Central Europe’s factories strengthen on Eurozone demand

Central Europe’s factories strengthen on Eurozone demand
By bne IntelliNews March 1, 2017

Purchasing manager indices for the manufacturing sector in Central Europe recorded another strong result in February, according to data released on March 1. The data is just the latest set that suggests a strong start to the year for the Visegrad economies following a disappointing second half of 2016.

The uplift in business conditions in the region shadows strong readings in confidence and activity in the Eurozone – and Germany in particular – which supplies the bulk of the Visegrad economies' export demand.

“Euro area manufacturers are reporting the strongest production and order book growth for almost six years, in what’s looking like an increasingly robust upturn,” writes Chris Williamson at IHS Markit, which compiles most of the surveys. “Companies clearly expect the good times to persist.”

The Eurozone saw a 0.2 point gain to 55.4 in February, the highest level of the index since April 2011. The German reading hit a 69-month peak at 56.8.

Where German industry goes, Central Europe tends to follow. Industrial sectors in the Czech Republic, Hungary and Poland are all led by their role in the supply chain of Europe’s largest economy and exporter.

“The surveys from Central Europe remained strong,” note analysts at Capital Economics. “Our weighted-average PMI for Central Europe (which includes Poland, the Czech Republic and Hungary) increased to a six-year high of 55.8 (compared with 55.3 in January).”

While the Polish reading dropped 0.6 points in February, it was from a strong series of results in recent months, and the reading of 54.2 remains robust, and well above the 50-point threshold separating expansion from contraction. Added to positive data on industrial production in January, the PMI data solidifies claims that Polish industry has escaped the worst of the slowdown seen in the latter half of 2016.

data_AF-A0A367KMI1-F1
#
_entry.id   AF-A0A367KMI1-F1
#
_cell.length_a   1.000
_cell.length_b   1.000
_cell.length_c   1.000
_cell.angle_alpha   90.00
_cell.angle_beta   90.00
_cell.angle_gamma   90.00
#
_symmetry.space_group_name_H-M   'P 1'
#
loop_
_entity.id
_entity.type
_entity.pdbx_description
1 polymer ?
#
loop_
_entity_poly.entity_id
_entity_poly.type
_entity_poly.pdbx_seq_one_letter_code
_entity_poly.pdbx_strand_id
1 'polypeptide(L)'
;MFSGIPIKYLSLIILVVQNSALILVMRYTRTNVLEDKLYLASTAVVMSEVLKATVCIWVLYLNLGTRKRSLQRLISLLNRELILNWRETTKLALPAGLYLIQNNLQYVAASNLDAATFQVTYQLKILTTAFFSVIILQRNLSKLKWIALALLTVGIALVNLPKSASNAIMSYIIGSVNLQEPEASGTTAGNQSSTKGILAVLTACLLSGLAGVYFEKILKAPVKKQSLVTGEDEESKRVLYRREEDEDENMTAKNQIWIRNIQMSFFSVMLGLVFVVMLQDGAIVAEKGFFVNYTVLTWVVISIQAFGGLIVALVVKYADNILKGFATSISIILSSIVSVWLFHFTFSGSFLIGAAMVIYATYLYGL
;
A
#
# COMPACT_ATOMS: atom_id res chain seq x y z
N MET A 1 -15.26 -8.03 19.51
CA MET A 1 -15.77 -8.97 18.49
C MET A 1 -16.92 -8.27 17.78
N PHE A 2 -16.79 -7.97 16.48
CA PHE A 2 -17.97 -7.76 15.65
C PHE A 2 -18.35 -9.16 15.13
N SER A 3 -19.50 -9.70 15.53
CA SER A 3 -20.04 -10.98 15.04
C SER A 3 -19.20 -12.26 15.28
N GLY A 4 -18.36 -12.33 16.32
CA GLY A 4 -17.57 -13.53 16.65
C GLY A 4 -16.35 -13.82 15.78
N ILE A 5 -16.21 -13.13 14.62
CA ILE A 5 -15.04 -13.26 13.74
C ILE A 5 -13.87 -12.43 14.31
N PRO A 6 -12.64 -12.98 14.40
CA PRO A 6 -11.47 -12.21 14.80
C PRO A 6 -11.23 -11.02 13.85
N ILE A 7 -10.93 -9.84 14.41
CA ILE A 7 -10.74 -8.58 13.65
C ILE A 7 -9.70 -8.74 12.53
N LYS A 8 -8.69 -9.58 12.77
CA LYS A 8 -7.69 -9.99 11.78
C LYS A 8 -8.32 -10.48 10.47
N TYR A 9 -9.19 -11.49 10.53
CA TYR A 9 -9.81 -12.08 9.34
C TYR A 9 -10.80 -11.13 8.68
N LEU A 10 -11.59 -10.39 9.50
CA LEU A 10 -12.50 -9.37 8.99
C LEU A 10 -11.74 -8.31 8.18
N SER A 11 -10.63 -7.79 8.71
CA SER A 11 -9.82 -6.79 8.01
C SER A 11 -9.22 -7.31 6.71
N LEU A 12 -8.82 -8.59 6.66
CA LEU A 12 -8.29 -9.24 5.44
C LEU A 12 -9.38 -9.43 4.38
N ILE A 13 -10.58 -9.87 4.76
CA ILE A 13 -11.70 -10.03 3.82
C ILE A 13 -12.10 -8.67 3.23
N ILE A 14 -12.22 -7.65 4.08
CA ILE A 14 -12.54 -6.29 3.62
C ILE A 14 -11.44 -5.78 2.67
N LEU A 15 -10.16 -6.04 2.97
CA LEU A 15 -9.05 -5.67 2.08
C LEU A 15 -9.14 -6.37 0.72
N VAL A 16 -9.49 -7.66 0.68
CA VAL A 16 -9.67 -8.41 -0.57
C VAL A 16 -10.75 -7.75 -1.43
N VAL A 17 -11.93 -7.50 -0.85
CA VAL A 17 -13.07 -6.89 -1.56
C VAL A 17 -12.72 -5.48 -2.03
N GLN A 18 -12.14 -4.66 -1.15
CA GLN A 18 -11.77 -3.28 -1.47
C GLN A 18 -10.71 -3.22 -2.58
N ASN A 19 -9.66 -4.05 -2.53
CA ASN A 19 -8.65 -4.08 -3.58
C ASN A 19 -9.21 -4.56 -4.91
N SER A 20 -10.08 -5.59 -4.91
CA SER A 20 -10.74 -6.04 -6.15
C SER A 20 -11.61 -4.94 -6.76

Poland’s PMI readings have been going strong since slowing to near-stagnation in October, and have now remained above the 50-point threshold for 29 successive months. The continued strength in February came on the back of “further expansions of output, new orders and employment”, Markit notes. Increasing price pressure is a concern, but it failed to dampen company optimism.

Production may have fallen to a three-month low, Markit observes, but still it remains stronger than historical trends. That owes to “rising inflows of new work”. Exports also improved, driven by demand from the US and Europe.

If there is anything to blur the picture somewhat, it is price pressure. “The rate of input cost inflation accelerated to the most marked in nearly six years. Greater costs were reflected by firms’ selling prices, which rose at the steepest rate since April 2011,” Markit remarks. Polish PPI surged 4.1% y/y in January, while CPI advanced 1.8% on the year, with little to indicate the rapid growth will subside in the first few months of the year.

The Czech PMI rose further as it continues its recovery from a surprise slip into contraction in the summer. The reading gained a full 1.9 points on the month to sit at 57.6 in February, which mimics the Eurozone reading as the highest level of the index since April 2011.

Output was a key driver, with growth of the sub-index picking up to a pace that was the quickest since May 2014. Reports link that higher production to building inflows of new work. The expansion in new orders was the steepest in over one-and-a-half years. Firms commented on bulk orders from existing customers and new client wins, notably in Germany.

Hungary’s PMI rose by 2.5 points to reach an all-time high of 59.5 in February, the Hungarian Association of Logistics, Purchasing and Inventory Management (Halpim), which compiles the index, said on March 1. After two months of rises, Hungary’s reading has now surpassed the high levels seen during the autumn of 2016, Halpim notes. However the erratic nature of the locally-compiled survey leaves questions over its reliability as a guide to eventual manufacturing output.

Indeed, in the face of the recent strong PMI readings, Hungarian industry slumped back into decline in December, as output decreased 0.5% y/y. While that followed a return to growth in November, the trend through 2016 was erratic and disappointing. The main culprit for the continued poor performance of Hungarian manufacturing has been a slump in the carmaking sector, which has struggled to stabilise output.

“Overall, our aggregate PMI for Central Europe points to industrial production growth of around 8-9% y/y in the coming months,” writes Capital Economics. However, the Hungarian data could yet deflate that forecast.



 

 

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